BERKELEY, Norborne (?1717-70), of Stoke Gifford, Glos.
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Family and Education
b. ?1717, o.s. of John Symes Berkeley of Stoke Gifford, Glos. by Elizabeth, da. and coh. of Walter Norborne of Calne, Wilts., wid. of Edward Devereux, 8th Visct. Hereford. His sis. m. Charles Noel, 4th Duke of Beaufort, and he became guardian to the 5th Duke in 1756. educ. Westminster 1726 (aged 9)—1727. unm. Confirmed to barony of Botetourt 13 Apr. 1764.
Groom of the bedchamber 1760-4; lord of the bedchamber 1767- d.; ld. lt. Glos. 1762-6; gov. Virginia 768- d.
Berkeley was returned unopposed in 1754 and again in 1761. He was classed as a Tory in Dupplin’s list of 1754, but on 31 May 1759 he seconded an address moved by Pitt.1 In December 1760 Berkeley was one of the five Tories whose introduction into the bedchamber greatly upset Newcastle.2 In Bute’s list of December 1761 he was classed as ‘Tory’ and ‘Bute’; and he appears in Fox’s list of Members favourable to the peace preliminaries, December 1762. He was described in Grafton’s Autobiography (p. 184) as ‘much attached to Lord Bute, and considered to be wholly devoted to his Majesty’. James Harris writes that Berkeley, supporting the cider bill, 22 Mar. 1762, told the House of his own independency—‘that he had been for the jew-bill, and avowed it to his constituents, though the year before a general election—signified to us now, however, that he expected a seat among the peers’. In April 1763 he vacated his seat; claimed the Botetourt peerage which had been in abeyance for 250 years, and the following year established his claim.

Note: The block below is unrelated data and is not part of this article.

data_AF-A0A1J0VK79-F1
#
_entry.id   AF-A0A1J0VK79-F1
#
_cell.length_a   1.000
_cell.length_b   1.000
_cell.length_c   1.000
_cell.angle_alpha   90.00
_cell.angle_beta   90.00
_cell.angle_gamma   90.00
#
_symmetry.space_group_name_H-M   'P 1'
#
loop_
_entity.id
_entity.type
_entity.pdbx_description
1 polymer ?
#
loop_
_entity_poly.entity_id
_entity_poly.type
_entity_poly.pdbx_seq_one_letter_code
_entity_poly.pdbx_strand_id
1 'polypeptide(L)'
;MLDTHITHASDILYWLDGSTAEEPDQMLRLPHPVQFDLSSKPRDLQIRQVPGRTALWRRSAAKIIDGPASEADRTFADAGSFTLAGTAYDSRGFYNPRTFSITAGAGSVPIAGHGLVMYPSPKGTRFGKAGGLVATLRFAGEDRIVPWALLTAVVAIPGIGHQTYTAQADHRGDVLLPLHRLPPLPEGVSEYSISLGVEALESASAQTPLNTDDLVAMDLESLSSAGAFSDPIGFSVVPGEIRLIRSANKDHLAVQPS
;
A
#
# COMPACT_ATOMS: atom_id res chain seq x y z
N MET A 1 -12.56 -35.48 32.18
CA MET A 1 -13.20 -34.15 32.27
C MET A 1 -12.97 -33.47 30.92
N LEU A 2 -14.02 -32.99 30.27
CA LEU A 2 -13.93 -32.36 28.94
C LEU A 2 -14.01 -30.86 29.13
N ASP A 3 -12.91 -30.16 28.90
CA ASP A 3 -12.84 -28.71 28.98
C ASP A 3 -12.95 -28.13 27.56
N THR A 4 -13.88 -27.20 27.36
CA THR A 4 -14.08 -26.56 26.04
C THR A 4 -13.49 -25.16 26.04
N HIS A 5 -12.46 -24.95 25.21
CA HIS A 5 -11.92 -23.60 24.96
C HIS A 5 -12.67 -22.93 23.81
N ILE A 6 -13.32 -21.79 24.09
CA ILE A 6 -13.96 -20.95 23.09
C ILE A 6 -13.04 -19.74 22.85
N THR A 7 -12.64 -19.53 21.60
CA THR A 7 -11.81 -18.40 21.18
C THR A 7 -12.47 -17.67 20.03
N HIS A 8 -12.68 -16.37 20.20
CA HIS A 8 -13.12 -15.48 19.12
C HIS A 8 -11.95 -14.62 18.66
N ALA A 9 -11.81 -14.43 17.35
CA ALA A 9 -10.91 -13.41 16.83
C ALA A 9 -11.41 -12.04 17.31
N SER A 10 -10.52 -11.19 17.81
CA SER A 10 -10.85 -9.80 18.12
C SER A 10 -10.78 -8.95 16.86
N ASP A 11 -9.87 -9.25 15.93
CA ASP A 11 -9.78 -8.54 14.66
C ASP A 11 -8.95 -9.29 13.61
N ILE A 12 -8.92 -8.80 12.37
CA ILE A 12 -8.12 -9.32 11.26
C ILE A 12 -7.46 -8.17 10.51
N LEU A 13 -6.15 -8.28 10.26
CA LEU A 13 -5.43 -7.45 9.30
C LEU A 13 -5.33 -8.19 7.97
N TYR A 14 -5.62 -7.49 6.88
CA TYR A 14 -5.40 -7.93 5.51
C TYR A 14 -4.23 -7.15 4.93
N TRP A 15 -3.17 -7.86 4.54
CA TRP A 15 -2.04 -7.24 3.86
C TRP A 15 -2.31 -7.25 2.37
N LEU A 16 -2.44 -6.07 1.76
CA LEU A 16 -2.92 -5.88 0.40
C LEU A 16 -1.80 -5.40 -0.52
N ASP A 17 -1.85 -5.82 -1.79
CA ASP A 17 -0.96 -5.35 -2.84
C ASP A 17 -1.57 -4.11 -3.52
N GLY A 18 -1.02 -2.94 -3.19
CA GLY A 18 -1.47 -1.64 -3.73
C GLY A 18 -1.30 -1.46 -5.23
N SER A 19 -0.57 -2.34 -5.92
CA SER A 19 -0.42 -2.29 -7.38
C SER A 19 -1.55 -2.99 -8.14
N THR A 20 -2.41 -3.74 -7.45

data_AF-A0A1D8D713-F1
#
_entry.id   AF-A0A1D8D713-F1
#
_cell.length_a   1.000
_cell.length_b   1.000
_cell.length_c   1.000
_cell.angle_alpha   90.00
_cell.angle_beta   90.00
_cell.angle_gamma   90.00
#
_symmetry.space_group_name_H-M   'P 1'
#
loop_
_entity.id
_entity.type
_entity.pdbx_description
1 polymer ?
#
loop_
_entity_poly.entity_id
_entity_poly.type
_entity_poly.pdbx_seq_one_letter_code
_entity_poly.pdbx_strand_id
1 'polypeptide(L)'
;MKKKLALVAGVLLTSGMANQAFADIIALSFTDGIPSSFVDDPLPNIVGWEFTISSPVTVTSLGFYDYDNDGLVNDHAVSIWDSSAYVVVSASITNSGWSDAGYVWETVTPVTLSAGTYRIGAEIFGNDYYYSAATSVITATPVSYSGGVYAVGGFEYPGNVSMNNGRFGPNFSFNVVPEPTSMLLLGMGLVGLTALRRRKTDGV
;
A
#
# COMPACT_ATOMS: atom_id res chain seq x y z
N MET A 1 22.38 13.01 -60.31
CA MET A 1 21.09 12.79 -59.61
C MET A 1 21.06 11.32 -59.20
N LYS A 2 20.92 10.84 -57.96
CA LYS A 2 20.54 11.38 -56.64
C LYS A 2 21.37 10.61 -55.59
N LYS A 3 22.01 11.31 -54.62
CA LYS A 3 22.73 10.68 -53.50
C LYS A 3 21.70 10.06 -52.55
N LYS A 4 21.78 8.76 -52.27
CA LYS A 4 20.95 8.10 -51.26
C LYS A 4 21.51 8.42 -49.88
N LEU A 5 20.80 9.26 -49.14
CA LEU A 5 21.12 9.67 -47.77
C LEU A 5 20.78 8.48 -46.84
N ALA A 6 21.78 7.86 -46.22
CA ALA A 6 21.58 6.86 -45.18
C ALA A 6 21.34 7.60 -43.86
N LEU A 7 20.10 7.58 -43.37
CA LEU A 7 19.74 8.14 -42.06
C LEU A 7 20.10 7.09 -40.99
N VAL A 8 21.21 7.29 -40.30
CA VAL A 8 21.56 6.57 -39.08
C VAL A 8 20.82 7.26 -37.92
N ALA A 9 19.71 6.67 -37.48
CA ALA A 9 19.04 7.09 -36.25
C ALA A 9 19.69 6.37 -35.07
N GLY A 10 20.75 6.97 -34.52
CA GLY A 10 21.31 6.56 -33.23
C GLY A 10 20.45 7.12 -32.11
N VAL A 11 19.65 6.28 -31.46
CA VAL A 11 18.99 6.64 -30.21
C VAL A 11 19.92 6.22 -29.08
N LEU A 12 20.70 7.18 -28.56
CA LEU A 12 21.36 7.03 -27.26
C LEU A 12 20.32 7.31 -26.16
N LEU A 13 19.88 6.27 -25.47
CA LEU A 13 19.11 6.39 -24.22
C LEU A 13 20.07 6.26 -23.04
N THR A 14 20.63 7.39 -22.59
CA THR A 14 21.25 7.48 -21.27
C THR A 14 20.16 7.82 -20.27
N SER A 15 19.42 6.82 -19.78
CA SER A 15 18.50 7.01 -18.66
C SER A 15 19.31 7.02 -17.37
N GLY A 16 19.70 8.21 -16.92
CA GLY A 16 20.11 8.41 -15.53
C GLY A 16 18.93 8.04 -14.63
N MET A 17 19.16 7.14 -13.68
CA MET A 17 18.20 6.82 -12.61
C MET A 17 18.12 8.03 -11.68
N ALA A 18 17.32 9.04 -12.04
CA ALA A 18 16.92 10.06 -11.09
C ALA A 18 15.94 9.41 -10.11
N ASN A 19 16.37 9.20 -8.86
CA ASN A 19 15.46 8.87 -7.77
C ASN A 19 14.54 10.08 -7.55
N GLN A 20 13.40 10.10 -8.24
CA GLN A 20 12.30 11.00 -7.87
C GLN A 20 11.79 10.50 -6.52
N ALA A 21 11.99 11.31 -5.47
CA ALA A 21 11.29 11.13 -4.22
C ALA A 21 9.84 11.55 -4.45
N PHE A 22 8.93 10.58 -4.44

In 1768 Botetourt was appointed governor of Virginia. Horace Walpole writes:3
Lord Botetourt, a very courtier, who was ruined in his fortune, was sent governor to Virginia, where resided some of the ablest of the American patriots; yet in the two years that he lived to govern them his soothing flattering manners had so wrought on the province, that his death was bewailed with the most general and affectionate concern.
He died 15 Oct. 1770.